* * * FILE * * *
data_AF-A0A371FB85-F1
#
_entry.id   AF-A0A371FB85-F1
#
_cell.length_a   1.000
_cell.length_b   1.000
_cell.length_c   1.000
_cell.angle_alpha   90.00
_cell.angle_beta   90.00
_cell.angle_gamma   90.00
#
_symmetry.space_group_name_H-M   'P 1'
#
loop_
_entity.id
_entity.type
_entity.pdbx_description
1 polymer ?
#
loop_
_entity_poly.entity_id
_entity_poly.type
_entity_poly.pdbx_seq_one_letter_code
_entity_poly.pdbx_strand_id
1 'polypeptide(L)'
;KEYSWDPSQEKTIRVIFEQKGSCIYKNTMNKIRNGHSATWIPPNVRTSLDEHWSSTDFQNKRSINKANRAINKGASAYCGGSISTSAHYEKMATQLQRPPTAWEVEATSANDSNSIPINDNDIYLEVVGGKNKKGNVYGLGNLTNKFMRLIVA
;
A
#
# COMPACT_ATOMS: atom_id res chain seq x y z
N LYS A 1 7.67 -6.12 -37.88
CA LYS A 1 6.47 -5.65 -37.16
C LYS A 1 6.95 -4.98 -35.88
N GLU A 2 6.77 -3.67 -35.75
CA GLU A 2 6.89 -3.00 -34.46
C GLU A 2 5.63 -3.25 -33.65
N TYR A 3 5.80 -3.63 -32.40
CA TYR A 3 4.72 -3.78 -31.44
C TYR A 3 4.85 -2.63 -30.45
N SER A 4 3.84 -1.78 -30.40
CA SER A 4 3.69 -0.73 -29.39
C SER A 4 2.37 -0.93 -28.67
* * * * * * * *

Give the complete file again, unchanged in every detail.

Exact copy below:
data_AF-A0A371FB85-F1
#
_entry.id   AF-A0A371FB85-F1
#
_cell.length_a   1.000
_cell.length_b   1.000
_cell.length_c   1.000
_cell.angle_alpha   90.00
_cell.angle_beta   90.00
_cell.angle_gamma   90.00
#
_symmetry.space_group_name_H-M   'P 1'
#
loop_
_entity.id
_entity.type
_entity.pdbx_description
1 polymer ?
#
loop_
_entity_poly.entity_id
_entity_poly.type
_entity_poly.pdbx_seq_one_letter_code
_entity_poly.pdbx_strand_id
1 'polypeptide(L)'
;KEYSWDPSQEKTIRVIFEQKGSCIYKNTMNKIRNGHSATWIPPNVRTSLDEHWSSTDFQNKRSINKANRAINKGASAYCGGSISTSAHYEKMATQLQRPPTAWEVEATSANDSNSIPINDNDIYLEVVGGKNKKGNVYGLGNLTNKFMRLIVA
;
A
#
# COMPACT_ATOMS: atom_id res chain seq x y z
N LYS A 1 7.67 -6.12 -37.88
CA LYS A 1 6.47 -5.65 -37.16
C LYS A 1 6.95 -4.98 -35.88
N GLU A 2 6.77 -3.67 -35.75
CA GLU A 2 6.89 -3.00 -34.46
C GLU A 2 5.63 -3.25 -33.65
N TYR A 3 5.80 -3.63 -32.40
CA TYR A 3 4.72 -3.78 -31.44
C TYR A 3 4.85 -2.63 -30.45
N SER A 4 3.84 -1.78 -30.40
CA SER A 4 3.69 -0.73 -29.39
C SER A 4 2.37 -0.93 -28.67